wor(ers and ensured e'uity in wor(ing conditions at various
wor(places. %ach award contained a long list of award conditions
which all employers had to provide.
$entralised 4age 2etermination/ " central body called the "ustralian
*ndustrial 3elations $ommission ("*3$) used to determine wage
outcomes in all .ederal awards. The $ommission was independent
however it was re'uired to adhere to 0overnment guidelines which
were called *ncomes 5olicy.
$ollective 6argaining/ Trade >nions were able to negotiate with
employers on behalf of union employee members and represent
members in "*3$ procedures. This gave Trade >nions the power to
influence wor(ing conditions in an industry.
5roductivity *ncreases/ 4age increases recommended by the .ederal
0overnment in their *ncomes 5olicy were based on increases in labour
productivity. *t was generally thought that wage increases would be
non inflationary if employers had increased output to balance against
increased costs.
Recent Reforms to Incomes #olicy
*t was generally agreed that centralised wage fi#ing was creating
numerous problems for the "ustralian economy. 4ages and wor(ing
conditions were not fle#ible and higher wages granted by the "*3$
reduced the international competitiveness of many firms. *t was argued
that wage outcomes needed to match the capacity of industry to pay and
this varied across various firms& industries and sectors. "ustralia has since
adopted a more fle#ible decentralised or enterprise based system of wage
determination. The main features of this system include/
%nterprise "greements/ These are fle#ible wor(place agreements
called %nterprise "greements& which allow employers to negotiate
directly with the employees of one wor(place. Such agreements can
be registered or certified with the relevant authority. 4here such
agreements are negotiated with a group of employees they are called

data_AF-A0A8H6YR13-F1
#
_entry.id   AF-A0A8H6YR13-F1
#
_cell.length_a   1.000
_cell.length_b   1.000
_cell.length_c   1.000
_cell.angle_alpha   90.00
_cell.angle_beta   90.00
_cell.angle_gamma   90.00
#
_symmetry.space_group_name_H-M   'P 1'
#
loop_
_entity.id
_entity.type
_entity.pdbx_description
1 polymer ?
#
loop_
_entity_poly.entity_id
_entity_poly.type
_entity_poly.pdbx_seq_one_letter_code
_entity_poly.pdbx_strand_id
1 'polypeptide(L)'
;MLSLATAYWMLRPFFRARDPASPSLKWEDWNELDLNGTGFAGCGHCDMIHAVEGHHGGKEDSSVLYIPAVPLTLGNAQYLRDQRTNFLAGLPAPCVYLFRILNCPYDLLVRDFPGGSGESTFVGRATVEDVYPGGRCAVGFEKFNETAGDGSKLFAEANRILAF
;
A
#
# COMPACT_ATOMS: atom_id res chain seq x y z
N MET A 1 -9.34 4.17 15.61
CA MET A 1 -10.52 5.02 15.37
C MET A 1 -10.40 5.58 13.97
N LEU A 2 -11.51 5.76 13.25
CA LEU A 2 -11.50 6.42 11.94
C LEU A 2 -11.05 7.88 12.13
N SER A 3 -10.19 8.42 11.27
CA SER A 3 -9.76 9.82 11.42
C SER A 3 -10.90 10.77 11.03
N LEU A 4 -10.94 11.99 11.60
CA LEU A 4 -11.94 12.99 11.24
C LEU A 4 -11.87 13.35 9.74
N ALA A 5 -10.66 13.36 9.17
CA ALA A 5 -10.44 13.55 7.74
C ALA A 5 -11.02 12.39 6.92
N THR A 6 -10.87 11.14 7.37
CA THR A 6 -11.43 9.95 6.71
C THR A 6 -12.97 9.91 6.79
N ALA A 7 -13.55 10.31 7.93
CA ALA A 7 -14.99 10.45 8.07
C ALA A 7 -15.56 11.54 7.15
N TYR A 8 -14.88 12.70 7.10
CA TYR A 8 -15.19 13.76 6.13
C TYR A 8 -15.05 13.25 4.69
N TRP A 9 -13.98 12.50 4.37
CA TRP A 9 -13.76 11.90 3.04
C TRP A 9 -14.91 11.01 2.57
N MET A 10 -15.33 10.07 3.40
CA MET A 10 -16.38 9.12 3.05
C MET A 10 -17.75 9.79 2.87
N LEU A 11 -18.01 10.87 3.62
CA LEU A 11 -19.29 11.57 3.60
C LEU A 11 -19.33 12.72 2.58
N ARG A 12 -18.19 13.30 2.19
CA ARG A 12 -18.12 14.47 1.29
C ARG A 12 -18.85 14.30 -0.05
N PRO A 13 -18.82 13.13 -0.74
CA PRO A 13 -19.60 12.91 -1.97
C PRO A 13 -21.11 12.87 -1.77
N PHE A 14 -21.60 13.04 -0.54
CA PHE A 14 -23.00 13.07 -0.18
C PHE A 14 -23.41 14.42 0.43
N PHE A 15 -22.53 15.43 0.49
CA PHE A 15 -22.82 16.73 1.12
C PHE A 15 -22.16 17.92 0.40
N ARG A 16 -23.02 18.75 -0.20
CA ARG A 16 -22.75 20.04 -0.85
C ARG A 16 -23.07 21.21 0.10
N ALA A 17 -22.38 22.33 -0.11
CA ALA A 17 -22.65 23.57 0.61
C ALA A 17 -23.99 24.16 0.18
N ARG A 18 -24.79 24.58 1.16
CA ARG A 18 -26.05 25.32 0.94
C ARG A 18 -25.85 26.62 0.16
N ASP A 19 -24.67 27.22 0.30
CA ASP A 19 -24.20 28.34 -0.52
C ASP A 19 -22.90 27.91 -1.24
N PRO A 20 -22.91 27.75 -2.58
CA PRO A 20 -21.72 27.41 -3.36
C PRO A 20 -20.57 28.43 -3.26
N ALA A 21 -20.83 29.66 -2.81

?$ollective "greements@. 6y allowing wages to be determined at
enterprise level it is assumed that wage outcomes will not e#ceed the
capacity of industry to pay and will not ma(e firms unprofitable.
7abour 5roductivity/ 6y allowing wages to be determined by
negotiations between employers and employees it is e#pected that
employers will want productivity improvements before they pay wage
increases above inflation. *n this way the lin( between wages and
labour productivity will be maintained.
"ustralian 4or(place "greements/ These are individual contracts
that are negotiated between an employee and an employer. This
enables greater fle#ibility and the possibility of productivity tradeoffs
and allows employers to ad)ust pay and conditions to the
circumstances of the wor(place.
"ward Simplification/ "wards have been greatly simplified which
reduces cost to business. The number of award conditions has been
reduced to a basic minimum. "wards still e#ist in "ustralia but under
the recent changes they contain only five conditions/
,inimum wage.
" ma#imum of 8! ordinary hours of wor( each wee(.
.our wee(s of paid annual leave.
-0 days of paid personalAcarers leave.
;1 wee(s of unpaid parental leave.
$%e &urrent Industrial Relations 'rame(ork
The institutions that currently ma(e up the "ustralian *ndustrial 3elations